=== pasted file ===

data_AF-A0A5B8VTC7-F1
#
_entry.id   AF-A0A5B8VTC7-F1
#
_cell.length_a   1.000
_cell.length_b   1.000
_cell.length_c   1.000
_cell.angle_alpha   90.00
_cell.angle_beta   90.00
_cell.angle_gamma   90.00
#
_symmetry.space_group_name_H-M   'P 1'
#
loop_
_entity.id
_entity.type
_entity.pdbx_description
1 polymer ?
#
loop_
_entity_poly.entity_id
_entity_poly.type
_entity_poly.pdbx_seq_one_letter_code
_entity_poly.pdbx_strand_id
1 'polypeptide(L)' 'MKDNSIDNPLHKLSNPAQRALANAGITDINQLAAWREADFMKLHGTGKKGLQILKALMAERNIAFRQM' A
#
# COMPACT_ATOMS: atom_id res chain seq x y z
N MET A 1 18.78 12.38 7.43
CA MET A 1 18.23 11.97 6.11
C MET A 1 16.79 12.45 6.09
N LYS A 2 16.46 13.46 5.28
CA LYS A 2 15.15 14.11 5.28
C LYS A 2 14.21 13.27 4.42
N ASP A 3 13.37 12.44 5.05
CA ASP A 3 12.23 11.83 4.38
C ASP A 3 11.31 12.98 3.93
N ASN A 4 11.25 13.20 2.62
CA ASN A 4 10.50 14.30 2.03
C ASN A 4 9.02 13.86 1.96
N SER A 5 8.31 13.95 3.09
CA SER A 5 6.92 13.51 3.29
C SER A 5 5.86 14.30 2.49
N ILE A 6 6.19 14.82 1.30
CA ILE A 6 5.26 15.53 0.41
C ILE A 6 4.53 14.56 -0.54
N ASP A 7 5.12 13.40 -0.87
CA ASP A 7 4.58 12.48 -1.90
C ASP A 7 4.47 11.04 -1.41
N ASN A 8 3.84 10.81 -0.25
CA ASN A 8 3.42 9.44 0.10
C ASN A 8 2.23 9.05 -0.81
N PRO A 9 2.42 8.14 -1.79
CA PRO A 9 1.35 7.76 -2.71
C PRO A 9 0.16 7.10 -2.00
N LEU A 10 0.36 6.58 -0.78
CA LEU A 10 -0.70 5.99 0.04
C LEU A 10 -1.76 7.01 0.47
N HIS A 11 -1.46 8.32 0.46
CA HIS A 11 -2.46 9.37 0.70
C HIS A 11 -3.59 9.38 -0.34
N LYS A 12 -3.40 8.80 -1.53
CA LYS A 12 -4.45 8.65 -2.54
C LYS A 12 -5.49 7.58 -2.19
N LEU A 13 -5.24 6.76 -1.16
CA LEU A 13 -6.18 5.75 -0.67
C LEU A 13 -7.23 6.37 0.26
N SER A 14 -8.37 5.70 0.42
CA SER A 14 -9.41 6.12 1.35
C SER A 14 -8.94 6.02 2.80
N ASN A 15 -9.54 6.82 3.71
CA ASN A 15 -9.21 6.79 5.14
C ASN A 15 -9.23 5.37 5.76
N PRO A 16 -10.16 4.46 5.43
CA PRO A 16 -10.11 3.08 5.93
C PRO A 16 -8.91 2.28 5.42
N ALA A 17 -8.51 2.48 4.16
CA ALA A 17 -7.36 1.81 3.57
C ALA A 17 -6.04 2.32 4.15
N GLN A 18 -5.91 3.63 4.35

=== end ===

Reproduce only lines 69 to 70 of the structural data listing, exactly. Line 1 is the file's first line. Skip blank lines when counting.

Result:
C SER A 14 -8.94 6.02 2.80
N ASN A 15 -9.54 6.82 3.71